Toxic-Free Cosmetic Act Enacted in Washington State
By: Marissa Alkhazov
Governor Jay Inslee signed HB 1047, Washington State’s Toxic-Free Cosmetic Act (the Act) into law on May 15, 2023. The Act bans some of the most concerning chemicals added into cosmetic and personal care products, including PFAS, phthalates, formaldehyde and formaldehyde releasing agents. Washington State joins six other states, enacting a ban on hazardous chemicals incorporated into personal care and cosmetics, but stands out as the most stringent state law in the country regulating toxic chemicals.
Chemicals incorporated into personal care and beauty products are largely unregulated, and contribute to larger scale pollution and environmental impact during manufacturing and disposal. By banning many known hazardous chemicals, the Act prioritizes consumer safety and emphasizes sustainable environmental practices. In fact, the Act requires collaboration with the Washington State Health Department, Ecology to identify and assess the hazards of chemicals that provide similar functions as those prohibited under the Act. Ecology must also identify and assess the hazards of chemicals that can affect vulnerable populations. These exercises may lead to further prohibitions. The law provides additional rulemaking authority for Ecology to implement the new restrictions and to determine what compounds should be regulated as chemicals that release formaldehyde.
Effective January 1, 2025, no person may manufacture, knowingly sell, offer for sale, distribute for sale, or distribute for use in this state any cosmetic product that contains any of the following intentionally added chemicals or chemical classes:
- Perfluoroalkyl and polyfluoroalkyl substances (PFAS);
- Formaldehyde (CAS 50-00-0) and chemicals determined by the Washington State Department of Ecology (Ecology) to release formaldehyde;
- Methylene glycol (CAS 463-57-0);
- Mercury and mercury compounds (CAS 7439-97-6);
- Triclosan (CAS 3380-34-5);
- m-Phenylenediamine and its salts (CAS 108-45-2); and
- o-Phenylenediamine and its salts (CAS 95-54-5).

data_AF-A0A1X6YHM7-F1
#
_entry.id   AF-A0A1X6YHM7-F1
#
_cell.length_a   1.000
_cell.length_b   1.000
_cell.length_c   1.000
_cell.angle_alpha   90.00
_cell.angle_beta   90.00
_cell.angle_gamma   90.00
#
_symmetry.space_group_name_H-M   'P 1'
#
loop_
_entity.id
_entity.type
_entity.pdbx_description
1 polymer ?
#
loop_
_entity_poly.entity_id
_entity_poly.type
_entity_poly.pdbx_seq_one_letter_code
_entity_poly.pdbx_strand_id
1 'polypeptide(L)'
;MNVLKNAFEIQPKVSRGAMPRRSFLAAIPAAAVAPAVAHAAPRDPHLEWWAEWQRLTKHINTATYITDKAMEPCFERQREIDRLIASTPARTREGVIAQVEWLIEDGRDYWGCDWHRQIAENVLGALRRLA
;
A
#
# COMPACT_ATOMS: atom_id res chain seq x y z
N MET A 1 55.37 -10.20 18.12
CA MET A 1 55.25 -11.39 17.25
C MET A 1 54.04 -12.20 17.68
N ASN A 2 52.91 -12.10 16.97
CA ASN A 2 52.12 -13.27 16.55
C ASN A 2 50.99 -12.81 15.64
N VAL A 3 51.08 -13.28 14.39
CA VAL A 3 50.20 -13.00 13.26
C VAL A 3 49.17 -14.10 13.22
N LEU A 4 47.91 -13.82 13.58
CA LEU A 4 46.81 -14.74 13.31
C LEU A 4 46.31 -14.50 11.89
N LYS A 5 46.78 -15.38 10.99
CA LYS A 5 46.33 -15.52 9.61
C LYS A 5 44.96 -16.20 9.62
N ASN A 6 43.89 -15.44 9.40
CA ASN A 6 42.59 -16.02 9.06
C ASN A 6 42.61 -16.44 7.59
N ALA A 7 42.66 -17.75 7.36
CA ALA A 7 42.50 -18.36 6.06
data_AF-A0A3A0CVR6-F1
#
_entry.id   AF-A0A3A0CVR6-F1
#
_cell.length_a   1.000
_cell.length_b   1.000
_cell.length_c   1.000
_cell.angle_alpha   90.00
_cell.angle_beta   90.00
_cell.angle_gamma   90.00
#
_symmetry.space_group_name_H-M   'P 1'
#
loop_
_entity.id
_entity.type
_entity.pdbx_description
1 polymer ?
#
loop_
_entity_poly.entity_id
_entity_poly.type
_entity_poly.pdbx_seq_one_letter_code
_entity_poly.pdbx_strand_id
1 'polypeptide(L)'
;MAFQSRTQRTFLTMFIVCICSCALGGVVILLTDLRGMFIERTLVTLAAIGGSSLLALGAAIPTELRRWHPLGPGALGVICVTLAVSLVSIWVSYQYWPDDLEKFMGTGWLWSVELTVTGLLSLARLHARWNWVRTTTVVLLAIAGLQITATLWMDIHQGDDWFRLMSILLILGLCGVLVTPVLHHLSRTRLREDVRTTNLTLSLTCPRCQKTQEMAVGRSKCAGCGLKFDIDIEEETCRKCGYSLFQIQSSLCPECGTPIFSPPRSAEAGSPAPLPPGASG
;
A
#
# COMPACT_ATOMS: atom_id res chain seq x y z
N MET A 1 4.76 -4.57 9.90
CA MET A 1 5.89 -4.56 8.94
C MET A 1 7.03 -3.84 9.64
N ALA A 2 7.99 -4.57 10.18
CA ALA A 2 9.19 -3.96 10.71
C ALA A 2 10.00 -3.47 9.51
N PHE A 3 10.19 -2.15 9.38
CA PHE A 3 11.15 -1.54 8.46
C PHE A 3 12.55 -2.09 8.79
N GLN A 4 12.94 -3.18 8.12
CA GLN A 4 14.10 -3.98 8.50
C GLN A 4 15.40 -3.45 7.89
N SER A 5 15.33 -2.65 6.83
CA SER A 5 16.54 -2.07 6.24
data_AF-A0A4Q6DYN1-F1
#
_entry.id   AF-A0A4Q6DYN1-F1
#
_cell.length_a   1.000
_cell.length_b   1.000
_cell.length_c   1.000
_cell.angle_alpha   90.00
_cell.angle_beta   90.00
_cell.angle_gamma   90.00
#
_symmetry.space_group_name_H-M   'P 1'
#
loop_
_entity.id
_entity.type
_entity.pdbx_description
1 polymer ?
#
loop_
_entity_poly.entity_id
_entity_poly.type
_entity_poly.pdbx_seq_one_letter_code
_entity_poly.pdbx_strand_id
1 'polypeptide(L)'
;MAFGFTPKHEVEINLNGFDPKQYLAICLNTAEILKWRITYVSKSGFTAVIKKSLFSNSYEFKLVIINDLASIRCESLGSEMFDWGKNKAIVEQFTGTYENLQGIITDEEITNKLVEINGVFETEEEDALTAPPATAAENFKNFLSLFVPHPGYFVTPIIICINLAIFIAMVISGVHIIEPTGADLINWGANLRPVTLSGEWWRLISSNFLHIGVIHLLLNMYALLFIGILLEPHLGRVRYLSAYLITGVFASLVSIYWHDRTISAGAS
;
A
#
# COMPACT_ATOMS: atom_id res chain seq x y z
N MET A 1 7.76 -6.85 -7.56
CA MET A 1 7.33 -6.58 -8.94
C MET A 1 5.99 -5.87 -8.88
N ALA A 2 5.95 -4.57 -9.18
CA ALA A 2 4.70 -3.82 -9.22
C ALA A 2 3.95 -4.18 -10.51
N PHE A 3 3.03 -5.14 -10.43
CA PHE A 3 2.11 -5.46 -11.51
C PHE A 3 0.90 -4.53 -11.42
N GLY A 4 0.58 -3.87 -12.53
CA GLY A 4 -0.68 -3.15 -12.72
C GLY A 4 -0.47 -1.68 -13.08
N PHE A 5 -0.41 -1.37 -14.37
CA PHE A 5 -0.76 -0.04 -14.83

As of January 1, 2025, no person may manufacture, knowingly sell, offer for sale, distribute for sale, or distribute for use in Washington state any cosmetic product that contains intentionally added lead or lead compounds (CAS 7439-92-1), lead or lead compounds at one part per million (ppm) or above, or as otherwise determined by Ecology through rulemaking.
**In-state retailers in possession of cosmetic products containing banned chemicals may exhaust their existing stock through sales to the public until January 1, 2026.
Violations do not allow for Private Rights of Action
Violations of the law are subject to $5,000 civil penalties for each violation in the case of a first offense, and repeat offenses are subject to a $10,000 civil penalty for each repeat offense. Any penalties can be appealed to the pollution control hearings board within Ecology. While there is no private right of action under the Act, Ecology may adopt rules as necessary for the purposes of implementing, administering, and enforcing the Act.
Marissa Alkhazov is a Shareholder and the Northwest Chair of Buchalter’s Products Liability Practice Group. If you have any questions, please contact Marissa or your Buchalter relationship attorney.
 California, Colorado, Minnesota, Maryland, Maine and New York have enacted state laws banning toxic substances in personal care products.
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